Nestlé’ Nigeria Trims Costs To Stretch Out Profit To N18b In Q1

Nestle Nigeria made some headway in the first quarter in trimming critical cost lines that hindered profit improvement in 2021. The cost-saving plus improving sales revenue enabled the company to push after-tax profit a clear 45 per cent up to roughly N18 billion in the first quarter.

First-quarter operations of the food and beverages company ended March 2022 show improving earnings prospects compared to last year when profit closed flat at N40 billion. Inability to grow profit in the year followed two major cost increases that consumed gains in revenue.

The cost lines are input expenses, which rose ahead of sales revenue at 31 per cent at the end of the year compared to 22.6 per cent. Also, net finance expenses jumped by 173 per cent to over N12 billion last year to claim a significantly increased share of operating profit.

Nestlé’s management is showing a lot of caution on the side of cost this year in order to avoid a repeat of last year’s pattern where virtually all the gains in revenue were consumed by cost increases. Administrative expenses, which are under full management’s control, are getting hit more than the others.

The administrative cost was slashed by 21 per cent to N2.6 billion in the first quarter, which compensated for the company’s inability to cut other costs outside its full control. The big challenges remain in input and marketing/distribution expenses, which keep growing ahead of sales revenue.

Input expenses amounted to N67 billion for the first quarter, which is an increase of 27.6 per cent year-on-year and slightly ahead of a 26 per cent increase in turnover to N110 billion over the same period. Marketing and distribution costs equally grew ahead of sales by 28 per cent to over N14 billion in the first quarter.

It was nevertheless a moderation in the cost of sales in the first quarter compared to last year when the margin of increase ahead of sales was much wider at 31 per cent compared to 22.6 per cent. Cost of sales claimed a reduced proportion of turnover in the first quarter at 60.8 per cent compared to 62.5 per cent at the end of last year.

The big news for Nestle in the first quarter is a shift from a net finance cost of N1.3 billion in the same period last year to a net finance income of N1.4 billion. This was achieved with a windfall of N3.8 billion in finance income, rising from an insignificant figure of N123 million in the same period last year.

The robust finance income however obscured the persisting rapid growth in the cost of finance, which rose by 65 per cent to N2.4 billion in the first quarter. Net finance cost claimed 8 per cent of operating profit at the end of the year but the position changed to a contribution to build operating profit in the first quarter.

Rising finance expenses continue to reflect huge debt build-up in 2021 from N40 billion at the end of 2020 to N77 billion and further to about N84 billion at the end of the first quarter.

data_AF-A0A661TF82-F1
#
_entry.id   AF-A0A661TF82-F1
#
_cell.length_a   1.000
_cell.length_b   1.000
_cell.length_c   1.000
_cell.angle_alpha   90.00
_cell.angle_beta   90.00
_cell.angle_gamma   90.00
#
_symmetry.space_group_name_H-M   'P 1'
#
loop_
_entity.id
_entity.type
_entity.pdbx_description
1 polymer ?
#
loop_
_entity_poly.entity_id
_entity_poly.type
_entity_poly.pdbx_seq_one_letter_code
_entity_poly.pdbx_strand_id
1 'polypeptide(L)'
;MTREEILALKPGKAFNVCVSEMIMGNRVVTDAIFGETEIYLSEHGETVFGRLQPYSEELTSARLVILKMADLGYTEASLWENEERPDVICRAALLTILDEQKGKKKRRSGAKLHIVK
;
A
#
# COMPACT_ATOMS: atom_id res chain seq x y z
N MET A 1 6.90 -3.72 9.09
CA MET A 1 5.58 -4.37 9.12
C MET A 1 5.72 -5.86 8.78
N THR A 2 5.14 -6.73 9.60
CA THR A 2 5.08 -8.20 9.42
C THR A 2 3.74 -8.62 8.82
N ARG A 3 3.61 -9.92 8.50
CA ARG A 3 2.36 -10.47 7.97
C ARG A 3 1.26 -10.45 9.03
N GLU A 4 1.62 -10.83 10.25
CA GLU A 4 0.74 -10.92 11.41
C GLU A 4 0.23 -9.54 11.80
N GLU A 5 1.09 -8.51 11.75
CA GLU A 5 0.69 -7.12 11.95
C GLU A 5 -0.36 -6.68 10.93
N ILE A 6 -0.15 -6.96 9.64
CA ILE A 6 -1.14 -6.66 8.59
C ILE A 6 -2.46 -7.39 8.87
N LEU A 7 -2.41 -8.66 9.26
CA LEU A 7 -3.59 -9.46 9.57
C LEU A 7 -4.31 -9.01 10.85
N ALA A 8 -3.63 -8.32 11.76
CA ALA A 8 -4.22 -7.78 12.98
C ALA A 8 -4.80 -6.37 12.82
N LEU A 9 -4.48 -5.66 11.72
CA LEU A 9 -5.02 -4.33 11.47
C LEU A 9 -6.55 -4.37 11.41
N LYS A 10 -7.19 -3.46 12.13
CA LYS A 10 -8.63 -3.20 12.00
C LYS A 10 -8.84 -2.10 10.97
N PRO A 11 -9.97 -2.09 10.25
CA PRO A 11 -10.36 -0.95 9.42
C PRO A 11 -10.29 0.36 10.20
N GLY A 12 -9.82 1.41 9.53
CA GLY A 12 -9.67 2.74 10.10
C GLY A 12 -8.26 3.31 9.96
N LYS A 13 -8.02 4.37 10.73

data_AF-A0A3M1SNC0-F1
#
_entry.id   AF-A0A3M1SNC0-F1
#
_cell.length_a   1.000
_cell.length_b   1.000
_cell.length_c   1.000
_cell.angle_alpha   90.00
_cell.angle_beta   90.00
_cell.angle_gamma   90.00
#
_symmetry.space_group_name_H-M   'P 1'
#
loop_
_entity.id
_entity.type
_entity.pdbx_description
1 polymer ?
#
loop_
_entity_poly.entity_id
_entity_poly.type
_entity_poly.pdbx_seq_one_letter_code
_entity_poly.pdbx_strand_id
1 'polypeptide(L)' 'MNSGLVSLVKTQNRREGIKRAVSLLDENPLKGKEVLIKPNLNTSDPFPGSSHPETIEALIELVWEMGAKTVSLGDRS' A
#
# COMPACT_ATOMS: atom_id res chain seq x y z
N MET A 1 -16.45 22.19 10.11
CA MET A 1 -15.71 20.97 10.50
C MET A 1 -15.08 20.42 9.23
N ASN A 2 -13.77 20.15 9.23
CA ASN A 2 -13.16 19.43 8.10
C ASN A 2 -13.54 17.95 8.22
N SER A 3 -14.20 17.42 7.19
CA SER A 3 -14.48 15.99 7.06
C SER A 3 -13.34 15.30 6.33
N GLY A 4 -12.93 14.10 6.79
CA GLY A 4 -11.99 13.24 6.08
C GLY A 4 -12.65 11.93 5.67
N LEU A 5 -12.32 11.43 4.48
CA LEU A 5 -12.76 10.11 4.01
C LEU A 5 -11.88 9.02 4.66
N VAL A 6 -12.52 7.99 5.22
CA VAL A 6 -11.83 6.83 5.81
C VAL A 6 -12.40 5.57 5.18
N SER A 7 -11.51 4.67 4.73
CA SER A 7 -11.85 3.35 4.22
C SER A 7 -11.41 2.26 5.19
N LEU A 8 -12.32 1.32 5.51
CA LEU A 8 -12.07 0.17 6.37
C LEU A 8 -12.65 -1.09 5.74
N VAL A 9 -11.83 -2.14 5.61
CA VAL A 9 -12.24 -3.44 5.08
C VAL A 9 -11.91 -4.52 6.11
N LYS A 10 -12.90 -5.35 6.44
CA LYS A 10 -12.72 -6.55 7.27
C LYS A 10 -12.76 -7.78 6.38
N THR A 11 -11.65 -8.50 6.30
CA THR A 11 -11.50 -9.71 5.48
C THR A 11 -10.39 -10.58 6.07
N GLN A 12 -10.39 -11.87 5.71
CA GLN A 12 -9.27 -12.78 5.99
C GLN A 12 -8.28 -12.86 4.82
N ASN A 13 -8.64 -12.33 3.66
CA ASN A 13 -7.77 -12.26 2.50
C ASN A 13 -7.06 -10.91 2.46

With the cost of sales still growing ahead of turnover, gross profit grew at a slower pace than sales at 24.5 per cent to N43 billion compared to 26 per cent. Further pressure on the side of the cost came from marketing and distribution expenses, which also grew ahead of turnover by 28 per cent to over N14 billion.

The moderating factor is cost-saving realised from the drop in administrative expenses, which raised operating profit by 30 per cent to N26.4 billion at the end of the period. This is a strong acceleration from an increase of less than 12 per cent in operating profit in 2021.

The upturn in net finance income extended the growth in the bottom line to 45 per cent with an after-tax profit of slightly below N18 billion for the first quarter. This is already 45 per cent of the full-year profit of N40 billion that Nestle posted in 2021.

Accelerating sales revenue with recovering profit margin is the combination that is working for Nestle on the earnings track this financial year. Last year, the profit margin went down from 13.7 per cent in the prior financial year to 11.4 per cent. The first quarter of the current year has seen an improvement in profit margin at 16.3 per cent, the best the company has recorded in six years at least.

Nestle is seeing the first reasonable profit improvement in three years after a profit drop in 2020 and a slight improvement in 2021. The company is still on its way to recovery from a 14 per cent profit drop in 2020.

The strength of the turnaround lies mainly in strengthening sales revenue for the second year after three straight years of slowdown ended in flat growth in 2020. The strongest growth in sales looks quite likely for Nestle this year based on the accelerated growth record in the first quarter.

Nestle ended the first quarter trading in 2022 with earnings per share of N22.68, rising from N15.64 per share in the same period in 2021. The company paid a total cash dividend of N50.50 per share for its 2021 trading.

Comments are closed.